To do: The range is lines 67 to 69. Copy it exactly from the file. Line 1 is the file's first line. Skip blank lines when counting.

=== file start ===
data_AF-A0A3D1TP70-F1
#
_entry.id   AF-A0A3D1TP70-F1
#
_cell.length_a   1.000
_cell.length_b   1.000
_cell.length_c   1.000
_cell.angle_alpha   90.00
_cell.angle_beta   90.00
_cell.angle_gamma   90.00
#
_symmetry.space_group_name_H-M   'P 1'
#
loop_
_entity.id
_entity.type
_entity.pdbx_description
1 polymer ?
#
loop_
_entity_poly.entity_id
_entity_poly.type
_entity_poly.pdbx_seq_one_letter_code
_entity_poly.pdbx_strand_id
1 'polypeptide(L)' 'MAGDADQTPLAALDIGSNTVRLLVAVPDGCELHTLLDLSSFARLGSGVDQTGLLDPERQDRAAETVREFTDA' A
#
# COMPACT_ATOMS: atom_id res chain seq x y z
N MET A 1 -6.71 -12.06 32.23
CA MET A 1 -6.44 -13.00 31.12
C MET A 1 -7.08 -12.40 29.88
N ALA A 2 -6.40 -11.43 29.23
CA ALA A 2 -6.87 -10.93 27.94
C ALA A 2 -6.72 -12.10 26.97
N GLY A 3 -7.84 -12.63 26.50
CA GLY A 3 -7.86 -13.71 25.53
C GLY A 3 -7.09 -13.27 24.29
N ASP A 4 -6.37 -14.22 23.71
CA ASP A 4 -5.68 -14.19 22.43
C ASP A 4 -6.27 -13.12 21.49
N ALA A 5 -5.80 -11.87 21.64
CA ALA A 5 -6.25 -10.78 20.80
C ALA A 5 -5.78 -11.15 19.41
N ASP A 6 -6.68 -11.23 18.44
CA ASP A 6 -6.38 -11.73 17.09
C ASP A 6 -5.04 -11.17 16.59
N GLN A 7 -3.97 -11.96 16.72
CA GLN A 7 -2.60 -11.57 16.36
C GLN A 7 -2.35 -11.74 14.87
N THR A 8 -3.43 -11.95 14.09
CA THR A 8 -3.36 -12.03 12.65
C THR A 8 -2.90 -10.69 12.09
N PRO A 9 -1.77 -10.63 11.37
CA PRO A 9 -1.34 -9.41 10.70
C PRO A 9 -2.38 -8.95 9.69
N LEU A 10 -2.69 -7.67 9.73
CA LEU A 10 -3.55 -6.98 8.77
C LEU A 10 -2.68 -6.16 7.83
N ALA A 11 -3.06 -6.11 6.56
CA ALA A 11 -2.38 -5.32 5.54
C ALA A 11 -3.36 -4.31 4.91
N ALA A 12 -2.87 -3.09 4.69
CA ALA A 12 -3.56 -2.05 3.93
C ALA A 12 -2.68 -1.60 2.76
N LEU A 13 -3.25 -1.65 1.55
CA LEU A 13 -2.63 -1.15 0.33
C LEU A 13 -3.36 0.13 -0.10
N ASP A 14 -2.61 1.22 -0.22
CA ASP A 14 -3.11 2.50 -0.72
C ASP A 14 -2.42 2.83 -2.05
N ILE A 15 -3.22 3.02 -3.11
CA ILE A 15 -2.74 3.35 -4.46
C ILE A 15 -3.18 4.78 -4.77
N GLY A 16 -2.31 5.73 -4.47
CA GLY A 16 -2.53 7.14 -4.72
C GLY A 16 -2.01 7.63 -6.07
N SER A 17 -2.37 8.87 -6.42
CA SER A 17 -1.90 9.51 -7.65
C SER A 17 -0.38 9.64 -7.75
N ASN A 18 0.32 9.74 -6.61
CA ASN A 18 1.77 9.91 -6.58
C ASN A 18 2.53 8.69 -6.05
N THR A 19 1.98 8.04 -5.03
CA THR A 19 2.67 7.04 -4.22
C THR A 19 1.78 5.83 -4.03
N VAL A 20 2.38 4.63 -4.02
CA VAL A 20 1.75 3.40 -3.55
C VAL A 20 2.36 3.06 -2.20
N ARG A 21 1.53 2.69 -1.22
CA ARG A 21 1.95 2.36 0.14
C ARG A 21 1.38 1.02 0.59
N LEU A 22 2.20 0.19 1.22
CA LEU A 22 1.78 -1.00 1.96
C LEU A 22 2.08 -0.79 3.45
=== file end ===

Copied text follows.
N ASP A 14 -2.61 1.22 -0.22
CA ASP A 14 -3.11 2.50 -0.72
C ASP A 14 -2.42 2.83 -2.05